Carl Friedrich Gauss was a legendary German mathematician. His major contribution was in the fields of number theory, statistics, analysis, differential geometry, geodesy, electrostatics, astronomy, and optics. Following is some interesting stuff related to him:
  • Proved that given an unmarked ruler and compass, you can construct a regular polygon of 17-sides. It was the first major discovery in that field, since the time of Euclid and the Greeks, i.e. since 2000 years. Gauss achieved this at the age of 18! His tombstone has a regular hepta-decagon (17-sided polygon) inscribed on it.
  • Discovered the celebrated binomial theorem, arithmetic-geometric mean and prime number theorem (regarding the distribution of primes)
  • Gave four different proofs of the Fundamental Theorem of Algebra (which asserts the existence of a root (possibly complex) of a polynomial in one variable).
  • Astronomers lost track of a dwarf planet Ceres and it was considered a superhuman task to re-trace its orbit. Eminent mathematicians demanded several months’ time, Euler achieved using three days and the illustrious Gauss, using his own superior methods, located it in an hour!

  • Consequently, he wrote a two volume treatise on motion of celestial bodies, Theoria motus corporum coelestium in sectionibus conicis Solem ambientium.
  • The Gaussian curve, Gaussian distribution, Gauss’ Divergence theorem and Gauss elimination method are known to every engineer, showing the wide range of his study.
  • Gauss shrewdly managed his financial investments on his own. It is said that though he started with virtually nothing, he left an estate worth 100 times his average annual income.
  • Gauss and Weber discovered Kirchoff’s laws and invented the world’s first telegraph (of range 5000 ft.)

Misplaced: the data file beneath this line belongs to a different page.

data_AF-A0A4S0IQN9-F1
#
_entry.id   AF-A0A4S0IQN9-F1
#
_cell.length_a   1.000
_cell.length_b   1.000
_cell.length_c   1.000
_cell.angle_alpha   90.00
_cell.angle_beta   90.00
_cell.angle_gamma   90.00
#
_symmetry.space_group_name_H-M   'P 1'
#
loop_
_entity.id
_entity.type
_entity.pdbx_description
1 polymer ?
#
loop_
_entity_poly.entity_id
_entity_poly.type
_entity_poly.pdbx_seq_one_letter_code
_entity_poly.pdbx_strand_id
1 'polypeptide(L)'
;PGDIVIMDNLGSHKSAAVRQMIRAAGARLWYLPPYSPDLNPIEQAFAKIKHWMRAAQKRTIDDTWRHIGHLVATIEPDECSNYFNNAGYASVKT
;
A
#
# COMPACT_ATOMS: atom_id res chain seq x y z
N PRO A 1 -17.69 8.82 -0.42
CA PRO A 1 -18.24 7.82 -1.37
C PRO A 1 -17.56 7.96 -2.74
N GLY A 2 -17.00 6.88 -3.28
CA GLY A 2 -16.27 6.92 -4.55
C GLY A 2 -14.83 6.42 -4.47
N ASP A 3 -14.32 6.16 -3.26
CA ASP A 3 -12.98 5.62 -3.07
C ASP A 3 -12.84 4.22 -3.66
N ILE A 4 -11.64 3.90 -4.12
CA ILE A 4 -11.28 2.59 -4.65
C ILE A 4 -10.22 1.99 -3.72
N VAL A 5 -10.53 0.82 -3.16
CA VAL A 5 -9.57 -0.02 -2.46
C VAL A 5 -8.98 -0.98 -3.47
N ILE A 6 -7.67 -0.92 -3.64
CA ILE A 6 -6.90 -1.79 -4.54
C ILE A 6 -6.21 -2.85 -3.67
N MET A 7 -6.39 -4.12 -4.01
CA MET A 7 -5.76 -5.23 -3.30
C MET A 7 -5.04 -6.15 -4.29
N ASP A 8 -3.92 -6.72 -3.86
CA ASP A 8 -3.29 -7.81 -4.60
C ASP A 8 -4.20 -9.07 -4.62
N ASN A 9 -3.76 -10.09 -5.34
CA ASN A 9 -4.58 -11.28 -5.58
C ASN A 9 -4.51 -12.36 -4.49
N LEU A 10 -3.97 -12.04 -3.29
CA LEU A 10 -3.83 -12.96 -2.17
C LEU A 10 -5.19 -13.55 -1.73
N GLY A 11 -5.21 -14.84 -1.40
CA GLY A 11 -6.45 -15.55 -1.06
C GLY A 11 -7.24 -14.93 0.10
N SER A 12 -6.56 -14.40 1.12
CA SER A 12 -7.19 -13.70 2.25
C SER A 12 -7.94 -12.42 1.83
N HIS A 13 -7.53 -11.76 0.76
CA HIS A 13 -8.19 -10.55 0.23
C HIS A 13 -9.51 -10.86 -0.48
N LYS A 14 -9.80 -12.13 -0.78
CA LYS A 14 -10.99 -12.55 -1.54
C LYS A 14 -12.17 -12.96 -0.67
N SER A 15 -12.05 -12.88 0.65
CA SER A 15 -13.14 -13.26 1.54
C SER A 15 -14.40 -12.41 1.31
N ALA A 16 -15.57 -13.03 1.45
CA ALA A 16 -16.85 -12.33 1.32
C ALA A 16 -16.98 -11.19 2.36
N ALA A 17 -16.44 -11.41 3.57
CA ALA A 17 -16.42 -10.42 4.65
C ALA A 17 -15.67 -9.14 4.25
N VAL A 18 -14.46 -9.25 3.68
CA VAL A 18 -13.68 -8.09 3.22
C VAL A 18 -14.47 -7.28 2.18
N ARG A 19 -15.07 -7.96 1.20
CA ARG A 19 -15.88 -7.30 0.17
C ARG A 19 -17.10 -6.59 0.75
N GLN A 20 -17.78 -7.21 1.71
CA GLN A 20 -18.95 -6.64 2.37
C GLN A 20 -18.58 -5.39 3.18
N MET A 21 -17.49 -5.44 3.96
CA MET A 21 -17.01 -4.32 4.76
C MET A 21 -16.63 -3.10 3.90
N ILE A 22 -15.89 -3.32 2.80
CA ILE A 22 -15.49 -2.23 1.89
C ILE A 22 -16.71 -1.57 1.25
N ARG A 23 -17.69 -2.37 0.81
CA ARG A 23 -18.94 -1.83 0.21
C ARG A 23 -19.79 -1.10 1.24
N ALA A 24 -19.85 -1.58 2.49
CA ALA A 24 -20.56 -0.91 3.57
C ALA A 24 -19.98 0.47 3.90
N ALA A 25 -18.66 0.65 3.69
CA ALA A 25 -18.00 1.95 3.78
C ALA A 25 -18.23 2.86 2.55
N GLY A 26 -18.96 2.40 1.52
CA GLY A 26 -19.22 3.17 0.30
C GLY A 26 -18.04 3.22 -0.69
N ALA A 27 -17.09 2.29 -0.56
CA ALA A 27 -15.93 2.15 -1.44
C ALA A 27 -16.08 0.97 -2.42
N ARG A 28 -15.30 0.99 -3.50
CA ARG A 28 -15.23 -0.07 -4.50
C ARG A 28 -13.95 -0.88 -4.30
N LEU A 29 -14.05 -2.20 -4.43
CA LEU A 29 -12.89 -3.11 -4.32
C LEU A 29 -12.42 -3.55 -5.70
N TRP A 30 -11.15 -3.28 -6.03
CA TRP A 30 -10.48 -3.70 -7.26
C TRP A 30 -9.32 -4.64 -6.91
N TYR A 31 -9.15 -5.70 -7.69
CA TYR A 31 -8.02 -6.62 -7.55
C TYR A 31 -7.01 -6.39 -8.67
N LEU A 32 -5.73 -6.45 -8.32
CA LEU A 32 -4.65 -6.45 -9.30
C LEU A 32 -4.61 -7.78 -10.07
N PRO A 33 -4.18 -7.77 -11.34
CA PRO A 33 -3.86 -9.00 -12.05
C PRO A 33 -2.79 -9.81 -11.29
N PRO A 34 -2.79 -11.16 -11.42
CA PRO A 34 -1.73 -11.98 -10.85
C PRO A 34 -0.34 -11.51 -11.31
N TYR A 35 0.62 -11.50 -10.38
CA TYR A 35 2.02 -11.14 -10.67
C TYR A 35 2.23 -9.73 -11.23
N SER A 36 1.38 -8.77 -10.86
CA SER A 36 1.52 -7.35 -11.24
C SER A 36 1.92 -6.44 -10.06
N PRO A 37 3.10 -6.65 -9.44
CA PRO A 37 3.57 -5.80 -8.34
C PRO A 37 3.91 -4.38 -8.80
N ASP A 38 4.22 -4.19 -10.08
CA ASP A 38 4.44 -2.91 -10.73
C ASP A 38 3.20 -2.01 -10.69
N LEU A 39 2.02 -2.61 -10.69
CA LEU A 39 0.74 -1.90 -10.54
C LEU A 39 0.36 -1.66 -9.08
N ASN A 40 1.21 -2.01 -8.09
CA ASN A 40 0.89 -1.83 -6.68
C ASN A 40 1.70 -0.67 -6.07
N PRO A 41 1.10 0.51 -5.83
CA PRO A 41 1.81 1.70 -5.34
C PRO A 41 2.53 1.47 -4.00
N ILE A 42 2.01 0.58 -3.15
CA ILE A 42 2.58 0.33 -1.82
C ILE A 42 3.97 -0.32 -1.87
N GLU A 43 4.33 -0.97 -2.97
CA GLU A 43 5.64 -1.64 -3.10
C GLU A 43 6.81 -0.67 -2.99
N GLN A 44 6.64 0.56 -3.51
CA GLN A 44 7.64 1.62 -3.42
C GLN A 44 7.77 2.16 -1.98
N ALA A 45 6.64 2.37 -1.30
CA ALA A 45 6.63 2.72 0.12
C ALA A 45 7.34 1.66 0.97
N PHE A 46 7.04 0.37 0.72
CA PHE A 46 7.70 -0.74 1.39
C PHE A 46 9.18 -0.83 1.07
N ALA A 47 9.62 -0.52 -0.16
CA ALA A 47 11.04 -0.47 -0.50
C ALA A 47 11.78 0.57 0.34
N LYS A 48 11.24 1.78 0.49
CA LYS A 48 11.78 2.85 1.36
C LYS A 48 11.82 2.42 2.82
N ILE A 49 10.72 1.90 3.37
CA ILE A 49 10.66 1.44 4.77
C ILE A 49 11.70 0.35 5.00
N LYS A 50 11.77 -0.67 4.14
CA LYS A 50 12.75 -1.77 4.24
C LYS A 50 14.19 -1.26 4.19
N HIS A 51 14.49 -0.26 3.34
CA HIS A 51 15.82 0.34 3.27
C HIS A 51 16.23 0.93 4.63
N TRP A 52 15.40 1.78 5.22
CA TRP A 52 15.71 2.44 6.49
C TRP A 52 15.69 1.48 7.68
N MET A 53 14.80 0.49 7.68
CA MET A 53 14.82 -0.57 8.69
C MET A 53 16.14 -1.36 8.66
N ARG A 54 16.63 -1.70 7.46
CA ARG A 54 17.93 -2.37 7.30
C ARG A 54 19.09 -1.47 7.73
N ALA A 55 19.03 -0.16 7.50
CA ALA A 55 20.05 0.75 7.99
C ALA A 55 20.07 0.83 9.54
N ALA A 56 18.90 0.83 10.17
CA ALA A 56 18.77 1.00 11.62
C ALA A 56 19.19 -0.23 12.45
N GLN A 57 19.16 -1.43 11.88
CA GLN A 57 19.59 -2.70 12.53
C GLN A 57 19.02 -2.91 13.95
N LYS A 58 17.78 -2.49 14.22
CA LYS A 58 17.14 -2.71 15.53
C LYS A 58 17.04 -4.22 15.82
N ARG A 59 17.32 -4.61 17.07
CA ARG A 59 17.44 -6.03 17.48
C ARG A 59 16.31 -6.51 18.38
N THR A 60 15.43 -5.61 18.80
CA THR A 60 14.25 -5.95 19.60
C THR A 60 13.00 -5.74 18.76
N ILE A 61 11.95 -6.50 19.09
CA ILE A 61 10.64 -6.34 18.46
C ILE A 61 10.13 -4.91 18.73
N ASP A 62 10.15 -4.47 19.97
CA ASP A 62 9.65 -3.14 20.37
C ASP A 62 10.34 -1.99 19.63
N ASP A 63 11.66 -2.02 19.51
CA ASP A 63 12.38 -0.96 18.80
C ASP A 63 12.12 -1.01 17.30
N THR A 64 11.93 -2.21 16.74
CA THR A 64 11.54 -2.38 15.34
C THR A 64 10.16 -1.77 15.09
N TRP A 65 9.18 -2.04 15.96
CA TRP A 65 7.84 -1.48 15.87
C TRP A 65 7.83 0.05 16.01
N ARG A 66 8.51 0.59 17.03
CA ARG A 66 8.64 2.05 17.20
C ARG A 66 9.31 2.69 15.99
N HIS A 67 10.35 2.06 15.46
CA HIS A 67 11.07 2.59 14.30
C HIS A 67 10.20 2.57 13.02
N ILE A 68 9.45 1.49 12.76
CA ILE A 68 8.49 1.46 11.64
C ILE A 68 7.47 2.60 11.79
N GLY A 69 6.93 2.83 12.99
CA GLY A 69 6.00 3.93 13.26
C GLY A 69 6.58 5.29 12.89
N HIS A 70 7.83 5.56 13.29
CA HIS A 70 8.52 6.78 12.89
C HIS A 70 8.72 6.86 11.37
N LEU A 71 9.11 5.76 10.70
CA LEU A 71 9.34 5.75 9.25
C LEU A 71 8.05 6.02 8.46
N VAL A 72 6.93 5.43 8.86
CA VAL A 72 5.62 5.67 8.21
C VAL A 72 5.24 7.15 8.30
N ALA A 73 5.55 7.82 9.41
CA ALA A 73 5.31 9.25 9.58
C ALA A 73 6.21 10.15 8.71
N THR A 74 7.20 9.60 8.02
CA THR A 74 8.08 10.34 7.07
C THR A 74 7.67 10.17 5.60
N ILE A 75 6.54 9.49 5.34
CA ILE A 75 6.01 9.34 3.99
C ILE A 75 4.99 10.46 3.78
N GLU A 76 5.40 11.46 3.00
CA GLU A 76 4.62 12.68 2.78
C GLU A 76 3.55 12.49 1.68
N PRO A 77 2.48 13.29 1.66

• The CGS unit of magnetic field “Gauss” is named after him.

  • Built the world’s first magnet-free laboratory with his friend Wilhelm Weber. Together, they specified a location of the South Pole.
  • Click here to view a list of topics named after Gauss.


A photo of Ramanujan and Gauss that I clicked at TIFR

Some anecdotes about Gauss:

  • Corrected a mistake in his father’s accounts at the age of 3!
  • Gauss’ primary school teacher tried to occupy pupils by asking them to add numbers from 1 to 100. Gauss added the series 1+2+…+100 and 100+99+…+1 and came up with the answer in seconds!
  • It was said, that Gauss hardly bothered to publish his results before they were made succinct and often, he would remove any trace of analysis by which he reached his result. He justified this by saying, that no architect would, after completing his building, leave the scaffolding in its place.
  • Contemporary mathematicians didn’t know about Gauss’ unpublished results. It is said, that many a times, Jacobi would come to Gauss with a new discovery of his; but Gauss would take out a fifty year old notebook of his, and show him the same result (which was, of course, known to Gauss)!
  • It is said, that Euler, Gauss and Cauchy were among the very few mathematicians who knew all the mathematics in their time.


A German bank note featuring Gauss.
Note the Gaussian curve in the background.

  1. Differential Equations: With Applications and Historical Notes by G F Simmons